Why It's Time To Rethink Goal Setting

How To Set Big Goals and Stay Motivated at Work

May 14, 2019
Management
As Featured In 
Journal of Applied Psychology

Want to get more out of your workday and stay motivated all week long? Thinking about your work goals differently may help you do this. Focus on three key “strivings,” says Maryland Smith’s Trevor A. Foulk.

In recent research, Foulk and two co-authors studied three motivational “strivings,” which are mid-level motivational intentions and more abstract than traditional goals. These strivings are accomplishment striving, the drive to get things done; status striving, the drive to be seen as important, and communion striving, the drive to have good relationships with others. The research offers practical advice for individuals — and for managers.

It’s a different way of thinking about the notion of goals and motivation. In recent years, conventional career advice has centered on setting SMART goals — ones that are Specific, Measurable, Achievable, Relevant and Time-bound.

Foulk’s research, published in a recent issue of the Journal of Applied Psychology, recommends a different approach, conceptualizing motivational intention. “Typically, we think about motivation in terms of goals,” Foulk says. “In other words, in terms of whether things can be accomplished or not.” Once the goals are accomplished, he continues, they’re done, and it’s time to shift to another goal.

In an interview, he explains the value of the abstract nature of strivings.“That abstractness,” Foulk says, “means that, unlike traditional goals, they can never be fully finished. For example, a goal might be to commune with others.”

The study finds that the abstract strivings can themselves actually become motivating over time, because of their non-completable nature.

The researchers conducted a longitudinal study, involving 93 employees in various jobs and at various organizations. At regular intervals throughout each day for three weeks, the researchers asked the employees to complete surveys, assessing their strivings, their progress and their satisfaction levels.

In the morning, each participant completed a survey that measured each striving. They predicted that when participants wake up feeling a strong sense of communion striving, one thing they might do to satisfy that striving is to help others. Likewise, participants who wake up with a strong sense of accomplishment striving might set off to perform a series of tasks, getting things done. And participants who wake up with a strong sense of status striving might satisfy that striving by exerting authority over others.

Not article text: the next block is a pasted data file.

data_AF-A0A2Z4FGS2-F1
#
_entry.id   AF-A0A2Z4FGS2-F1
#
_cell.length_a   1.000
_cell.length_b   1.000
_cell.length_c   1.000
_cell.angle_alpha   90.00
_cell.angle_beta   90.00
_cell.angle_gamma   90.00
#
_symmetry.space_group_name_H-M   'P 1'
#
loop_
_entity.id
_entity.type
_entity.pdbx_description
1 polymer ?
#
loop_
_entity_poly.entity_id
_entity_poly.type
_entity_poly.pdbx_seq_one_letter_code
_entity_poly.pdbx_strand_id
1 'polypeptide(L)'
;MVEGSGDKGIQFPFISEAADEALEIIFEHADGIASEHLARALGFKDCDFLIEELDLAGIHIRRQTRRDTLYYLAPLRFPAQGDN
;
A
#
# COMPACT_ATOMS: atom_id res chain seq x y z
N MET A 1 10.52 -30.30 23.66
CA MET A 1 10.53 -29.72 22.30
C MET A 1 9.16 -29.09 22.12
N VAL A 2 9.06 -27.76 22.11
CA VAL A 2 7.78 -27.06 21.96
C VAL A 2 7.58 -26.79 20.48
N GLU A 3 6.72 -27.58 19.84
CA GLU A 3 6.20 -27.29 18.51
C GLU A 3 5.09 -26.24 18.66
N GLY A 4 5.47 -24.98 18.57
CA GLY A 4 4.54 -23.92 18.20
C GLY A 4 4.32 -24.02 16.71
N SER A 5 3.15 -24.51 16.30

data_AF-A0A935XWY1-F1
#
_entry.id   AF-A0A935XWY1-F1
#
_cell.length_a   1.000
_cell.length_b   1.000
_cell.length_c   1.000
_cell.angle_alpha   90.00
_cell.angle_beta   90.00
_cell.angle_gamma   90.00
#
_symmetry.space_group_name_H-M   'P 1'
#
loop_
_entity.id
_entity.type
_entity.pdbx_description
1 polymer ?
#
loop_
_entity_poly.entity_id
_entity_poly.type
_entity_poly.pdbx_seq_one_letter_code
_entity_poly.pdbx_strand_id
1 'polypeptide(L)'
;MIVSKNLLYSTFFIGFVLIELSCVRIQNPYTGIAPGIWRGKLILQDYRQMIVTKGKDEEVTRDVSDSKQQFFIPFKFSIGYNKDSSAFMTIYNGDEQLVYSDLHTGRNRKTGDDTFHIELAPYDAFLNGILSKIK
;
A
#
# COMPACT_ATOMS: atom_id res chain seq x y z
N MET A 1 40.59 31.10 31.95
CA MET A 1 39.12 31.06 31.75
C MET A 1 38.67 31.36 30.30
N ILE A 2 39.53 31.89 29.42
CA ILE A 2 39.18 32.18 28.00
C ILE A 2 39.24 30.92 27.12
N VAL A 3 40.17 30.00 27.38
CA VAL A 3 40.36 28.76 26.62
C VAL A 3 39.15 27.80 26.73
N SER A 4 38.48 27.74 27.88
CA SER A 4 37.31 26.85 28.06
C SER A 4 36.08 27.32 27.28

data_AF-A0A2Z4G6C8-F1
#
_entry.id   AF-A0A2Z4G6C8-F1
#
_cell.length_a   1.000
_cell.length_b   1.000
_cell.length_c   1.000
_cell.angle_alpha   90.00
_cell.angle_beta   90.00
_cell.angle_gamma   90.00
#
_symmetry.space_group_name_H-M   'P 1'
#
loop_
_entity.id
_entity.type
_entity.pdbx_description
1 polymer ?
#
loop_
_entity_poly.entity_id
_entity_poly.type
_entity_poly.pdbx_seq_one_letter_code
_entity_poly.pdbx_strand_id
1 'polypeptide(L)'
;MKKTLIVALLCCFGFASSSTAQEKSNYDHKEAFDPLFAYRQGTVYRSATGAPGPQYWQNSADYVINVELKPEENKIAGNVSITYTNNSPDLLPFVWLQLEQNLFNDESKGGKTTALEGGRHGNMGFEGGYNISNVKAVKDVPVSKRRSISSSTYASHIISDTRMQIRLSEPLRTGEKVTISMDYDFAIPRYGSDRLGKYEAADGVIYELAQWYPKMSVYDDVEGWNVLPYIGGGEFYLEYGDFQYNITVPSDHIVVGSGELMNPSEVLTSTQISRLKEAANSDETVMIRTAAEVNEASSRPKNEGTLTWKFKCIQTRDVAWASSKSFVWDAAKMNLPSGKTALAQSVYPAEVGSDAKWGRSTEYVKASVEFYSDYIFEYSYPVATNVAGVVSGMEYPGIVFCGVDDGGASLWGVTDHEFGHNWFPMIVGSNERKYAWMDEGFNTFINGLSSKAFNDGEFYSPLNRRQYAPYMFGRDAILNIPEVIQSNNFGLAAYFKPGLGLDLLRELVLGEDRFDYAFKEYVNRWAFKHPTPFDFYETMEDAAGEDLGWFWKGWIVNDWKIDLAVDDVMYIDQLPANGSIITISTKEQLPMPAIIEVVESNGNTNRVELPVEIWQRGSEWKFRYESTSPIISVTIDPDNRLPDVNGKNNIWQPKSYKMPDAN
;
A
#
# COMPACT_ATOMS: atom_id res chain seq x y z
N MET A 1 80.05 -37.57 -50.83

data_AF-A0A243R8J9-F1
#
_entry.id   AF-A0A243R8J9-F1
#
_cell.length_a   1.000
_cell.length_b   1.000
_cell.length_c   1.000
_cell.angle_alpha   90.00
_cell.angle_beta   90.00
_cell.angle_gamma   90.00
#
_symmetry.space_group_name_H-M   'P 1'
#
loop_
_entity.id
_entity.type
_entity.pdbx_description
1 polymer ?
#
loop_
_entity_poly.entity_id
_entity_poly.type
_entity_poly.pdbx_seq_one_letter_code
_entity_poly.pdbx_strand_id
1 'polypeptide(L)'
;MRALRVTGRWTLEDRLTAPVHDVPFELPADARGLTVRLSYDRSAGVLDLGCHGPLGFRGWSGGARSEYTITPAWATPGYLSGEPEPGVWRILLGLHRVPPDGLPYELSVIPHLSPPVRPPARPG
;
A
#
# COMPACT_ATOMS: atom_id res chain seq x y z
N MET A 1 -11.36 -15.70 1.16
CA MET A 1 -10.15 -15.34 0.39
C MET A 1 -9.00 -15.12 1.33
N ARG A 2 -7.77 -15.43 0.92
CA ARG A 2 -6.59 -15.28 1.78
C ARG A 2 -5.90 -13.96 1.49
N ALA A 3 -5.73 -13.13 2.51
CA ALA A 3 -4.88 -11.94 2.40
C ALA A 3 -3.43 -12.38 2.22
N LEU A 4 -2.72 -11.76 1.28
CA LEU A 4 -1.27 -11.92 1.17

In the afternoon, each participant would complete another survey measuring the behaviors associated with each striving.

Finally, in the evenings, the participants would complete an end-of-day survey that would measure their psychological need satisfaction. The next day, the cycle of surveys would kick off again.

“What we found was a self-reinforcing effect,” says Foulk. “People who woke with a strong sense of communion striving, and who were able to fulfill that striving in the day by engaging in helping behaviors, went to bed satisfied that they had met that need and would wake up the next morning with a strong sense of communion striving, essentially wanting to do it all again. The same was true for accomplishment striving and status striving.”

The research demonstrates that our sense of satisfaction actually serves as feedback in our sense of strivings. “It’s basically telling you that that’s a good striving for you to have in your work environment,” Foulk says.

The researchers model further reveals that our senses of strivings are dynamic constructs that have implications for how employees act and feel every day at work, and that daily need satisfaction can enhance next-morning strivings, generating a virtuous motivational cycle.

Read more: The virtuous cycle of daily motivation: Effects of daily strivings on work behaviors, need satisfaction, and next-day strivings is published in the Journal of Applied Psychology.

About the Author(s)

Trevor Foulk

Dr. Trevor Foulk is an Assistant Professor of Management & Organization at the Robert H. Smith School of Business at the University of Maryland. He received his Ph.D. in Organizational Behavior from the Warrington College of Business at the University of Florida, and his Bachelors of Business Administration from the University of Massachusetts.

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